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Los Angeles Rams Offensive Coordinator Rob Boras with rookie quarterback Jared Goff (AP Photo/Mark J. Terrill)

Los Angeles Rams Offensive Coordinator Rob Boras with rookie quarterback Jared Goff (AP Photo/Mark J. Terrill)

Rob Boras, the Los Angeles Rams Offensive Coordinator, should be fired. I have nothing against the guy, but he clearly does not understand how to use the tools that he has been given.

In my opinion, what separates good coaches from great coaches is the ability to adapt and understand the players skill set that you have to work with. A good coach has a good and strong game plan, and he or she sticks to that game plan and makes sure that his or her players buy into the system.

A great coach recognizes when his or her weapons are not fit to attack in the style that was predetermined. A great coach molds the system around the players to utilize the maximum output that is available.

Rob Boras may be a good coach, but through seven games, has failed to adapt.

The Rams offense does not take a brain surgeon to dissect. They should be a run-heavy system that will play for short yardage situations on 3rd down. People keep criticizing Case Keenum for his throwing ability when in reality he is just being used in the wrong way.

Look at the Kansas City Chiefs for example. In fact, you can compare Chief’s QB Alex Smith and Keenum to a degree. Smith is 6’4”. Keenum is 6’1”. Smith weighs 212 pounds. Keenum weighs 208 pounds. Smith ran a 4.74 second 40-yard-dash. Keenum ran a 4.82. Now, I’m not stating that because of these measurables Keenum should have the same success as Smith but you get the point. The Chiefs have adapted their offense to fit the skill set that Smith gives them. They are not going to light you up in the passing game. They are going to pound the rock and make high percentage throws.

Take notes Boras.

Todd Gurley was arguably the best running back in the NFL last season in his rookie campaign. The offensive line is literally the exact same this year as it was last year, with the exception of LG Cody Wichmann rotating with Jamon Brown due to injury. And for some reason, this season, Gurley is only averaging 19.14 rushing attempts per game, rushing 20+ times only twice. Ram’s apologists can argue that opposing defenses only have to game plan for Gurley, and so Boras has to try to change it up and throw it over the top to keep them guessing.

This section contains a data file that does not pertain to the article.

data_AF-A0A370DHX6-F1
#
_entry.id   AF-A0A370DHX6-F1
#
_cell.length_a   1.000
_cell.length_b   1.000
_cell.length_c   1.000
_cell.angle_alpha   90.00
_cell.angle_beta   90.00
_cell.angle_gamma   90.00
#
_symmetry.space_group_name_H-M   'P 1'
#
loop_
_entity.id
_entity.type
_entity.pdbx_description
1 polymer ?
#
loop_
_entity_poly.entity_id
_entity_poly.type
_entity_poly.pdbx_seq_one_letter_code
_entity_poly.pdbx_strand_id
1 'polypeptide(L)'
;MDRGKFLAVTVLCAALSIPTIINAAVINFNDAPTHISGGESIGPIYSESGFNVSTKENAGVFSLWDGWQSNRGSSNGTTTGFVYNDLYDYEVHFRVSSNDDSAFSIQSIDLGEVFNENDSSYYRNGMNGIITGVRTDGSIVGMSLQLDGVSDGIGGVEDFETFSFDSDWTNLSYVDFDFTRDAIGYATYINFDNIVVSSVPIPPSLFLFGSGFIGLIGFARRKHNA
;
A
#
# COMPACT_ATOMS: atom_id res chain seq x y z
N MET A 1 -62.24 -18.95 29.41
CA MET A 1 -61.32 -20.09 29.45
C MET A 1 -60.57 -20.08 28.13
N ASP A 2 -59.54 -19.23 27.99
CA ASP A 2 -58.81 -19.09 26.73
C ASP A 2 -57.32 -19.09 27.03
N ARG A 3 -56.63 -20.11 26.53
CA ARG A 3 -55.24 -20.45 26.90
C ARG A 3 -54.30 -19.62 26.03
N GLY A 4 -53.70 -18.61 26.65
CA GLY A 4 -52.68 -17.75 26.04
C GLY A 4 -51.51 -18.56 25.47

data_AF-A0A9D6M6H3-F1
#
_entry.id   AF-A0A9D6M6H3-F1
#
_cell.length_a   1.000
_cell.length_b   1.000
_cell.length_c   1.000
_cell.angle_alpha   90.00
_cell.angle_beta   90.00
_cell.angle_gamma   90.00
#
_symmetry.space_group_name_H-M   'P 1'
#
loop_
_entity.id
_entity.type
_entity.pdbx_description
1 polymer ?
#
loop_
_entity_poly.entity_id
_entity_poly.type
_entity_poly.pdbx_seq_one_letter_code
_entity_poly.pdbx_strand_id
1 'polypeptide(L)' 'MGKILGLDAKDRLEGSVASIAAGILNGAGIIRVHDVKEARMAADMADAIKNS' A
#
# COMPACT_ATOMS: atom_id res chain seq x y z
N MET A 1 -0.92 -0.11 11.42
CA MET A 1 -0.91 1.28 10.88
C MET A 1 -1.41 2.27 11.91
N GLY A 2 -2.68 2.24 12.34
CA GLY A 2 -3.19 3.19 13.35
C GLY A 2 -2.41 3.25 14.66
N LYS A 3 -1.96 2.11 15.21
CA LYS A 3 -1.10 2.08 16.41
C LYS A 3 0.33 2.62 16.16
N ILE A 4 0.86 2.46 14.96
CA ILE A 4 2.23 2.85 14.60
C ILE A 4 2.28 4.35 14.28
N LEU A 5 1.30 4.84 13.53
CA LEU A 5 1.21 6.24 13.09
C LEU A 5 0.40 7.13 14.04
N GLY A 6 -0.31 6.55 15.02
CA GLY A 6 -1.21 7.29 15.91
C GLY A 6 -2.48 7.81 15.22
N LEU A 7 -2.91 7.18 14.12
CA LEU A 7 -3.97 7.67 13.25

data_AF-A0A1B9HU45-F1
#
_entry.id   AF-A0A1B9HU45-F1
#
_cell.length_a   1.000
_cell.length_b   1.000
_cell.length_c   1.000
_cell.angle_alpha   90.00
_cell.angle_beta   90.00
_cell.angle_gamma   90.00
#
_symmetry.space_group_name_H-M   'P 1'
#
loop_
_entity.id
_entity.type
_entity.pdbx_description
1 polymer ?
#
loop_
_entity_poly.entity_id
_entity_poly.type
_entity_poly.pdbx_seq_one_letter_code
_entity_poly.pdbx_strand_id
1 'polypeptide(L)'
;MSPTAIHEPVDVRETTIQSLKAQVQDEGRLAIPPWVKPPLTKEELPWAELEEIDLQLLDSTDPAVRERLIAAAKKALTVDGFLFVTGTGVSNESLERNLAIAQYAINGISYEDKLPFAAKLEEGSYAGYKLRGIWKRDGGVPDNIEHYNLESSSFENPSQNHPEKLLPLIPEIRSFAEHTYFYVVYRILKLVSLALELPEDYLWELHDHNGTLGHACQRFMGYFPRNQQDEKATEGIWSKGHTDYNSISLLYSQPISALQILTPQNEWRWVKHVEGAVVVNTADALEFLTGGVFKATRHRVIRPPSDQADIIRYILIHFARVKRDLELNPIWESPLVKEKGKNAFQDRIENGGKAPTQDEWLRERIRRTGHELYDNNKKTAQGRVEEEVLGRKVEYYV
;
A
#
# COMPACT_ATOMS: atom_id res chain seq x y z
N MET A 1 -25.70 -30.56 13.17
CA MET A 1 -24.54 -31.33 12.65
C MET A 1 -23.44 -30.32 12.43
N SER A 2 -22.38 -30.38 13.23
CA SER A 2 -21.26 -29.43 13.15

False.

It doesn’t matter if teams know Gurley is getting the ball. He should be getting it 25+ times a game, wearing defenses down. That’s called smash mouth football. And, guess what, the Rams have a fantastic defense that will keep them in games if the offense can just win the field position battle and keep grinding down the opposition. Hell, the Ravens won a Super Bowl with Trent Dilfer using this exact method. Is Dilfer a hell of a lot better than Keenum? Exactly.

In 2011, the Denver Broncos won a playoff game with Tim Tebow at quarterback. If you watched any of those games you know that the offense was tailor made to what Tebow could offer, albeit not very much, but they were able to win games. Had they run a “throw it 30+ times” a game offense, they probably would have ended up near the bottom of the division. Credit that playoff win to the offensive coordinator, Mike McCoy (now head coach of the San Diego Chargers).

The delusion of Boras’ offensive prowess came to fruition last week in London against the New York Giants. The Rams trailed the Giants by 7 points with four minutes left in the game. They were moving the ball nicely using a heavy dose of Gurley and high percentage throws. They were on the Giants 40-yard line when stupidity and cockiness set in. In a sequence of back-to-back plays, Keenum threw two 40-yard bombs into the end zone, the second being picked off by a Giants cornerback.
Let me remind you, there were 4:00 minutes left in the game. You were moving the ball great. Why throw two deep balls back to back? People can blame Keenum all they want, but at some point, you have to look at the play caller. If I challenge a Lamborghini to a race in my Honda Civic I lose that race every time. That’s not the fault of the car, it wasn’t built for that. That’s on me for challenging outside of my equipment’s means. Now if I challenged the Lamborghini to a long distance race where the superior miles per gallon of the Civic could be utilized, I might have something.

In the NFL, coaches always talk about “finding their team’s identity.” Understanding what your team is capable of and what it is not. Hopefully, Coach Boras uses the bye week to figure out his offensives identity, because we for sure all have.

Ryan Dyrud

Author Ryan Dyrud

Founder and CEO of SportsAlDente.com. Grew up in Denver with a passion for all sports and an emphasis on the NFL. Moved to Los Angeles where I graduated from Long Beach State with a degree in Leisure Services (Yes the Van Wilder degree). My opinions are my own, but they should be yours too.

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